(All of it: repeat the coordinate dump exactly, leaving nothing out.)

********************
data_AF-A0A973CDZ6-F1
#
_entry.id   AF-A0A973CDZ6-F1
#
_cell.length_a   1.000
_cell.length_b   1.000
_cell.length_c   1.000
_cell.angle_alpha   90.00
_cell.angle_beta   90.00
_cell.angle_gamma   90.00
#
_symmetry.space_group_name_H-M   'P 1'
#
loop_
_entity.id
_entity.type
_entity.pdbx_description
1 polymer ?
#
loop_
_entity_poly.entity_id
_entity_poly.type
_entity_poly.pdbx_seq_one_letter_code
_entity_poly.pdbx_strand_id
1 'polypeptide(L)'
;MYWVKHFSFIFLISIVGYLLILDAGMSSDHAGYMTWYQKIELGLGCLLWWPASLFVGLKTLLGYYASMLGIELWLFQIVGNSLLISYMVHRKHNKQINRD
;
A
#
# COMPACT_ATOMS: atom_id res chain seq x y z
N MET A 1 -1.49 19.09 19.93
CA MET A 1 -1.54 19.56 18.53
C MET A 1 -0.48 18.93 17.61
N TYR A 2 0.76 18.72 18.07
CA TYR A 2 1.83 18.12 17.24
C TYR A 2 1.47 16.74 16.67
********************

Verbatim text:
data_AF-A0A973CDZ6-F1
#
_entry.id   AF-A0A973CDZ6-F1
#
_cell.length_a   1.000
_cell.length_b   1.000
_cell.length_c   1.000
_cell.angle_alpha   90.00
_cell.angle_beta   90.00
_cell.angle_gamma   90.00
#
_symmetry.space_group_name_H-M   'P 1'
#
loop_
_entity.id
_entity.type
_entity.pdbx_description
1 polymer ?
#
loop_
_entity_poly.entity_id
_entity_poly.type
_entity_poly.pdbx_seq_one_letter_code
_entity_poly.pdbx_strand_id
1 'polypeptide(L)'
;MYWVKHFSFIFLISIVGYLLILDAGMSSDHAGYMTWYQKIELGLGCLLWWPASLFVGLKTLLGYYASMLGIELWLFQIVGNSLLISYMVHRKHNKQINRD
;
A
#
# COMPACT_ATOMS: atom_id res chain seq x y z
N MET A 1 -1.49 19.09 19.93
CA MET A 1 -1.54 19.56 18.53
C MET A 1 -0.48 18.93 17.61
N TYR A 2 0.76 18.72 18.07
CA TYR A 2 1.83 18.12 17.24
C TYR A 2 1.47 16.74 16.67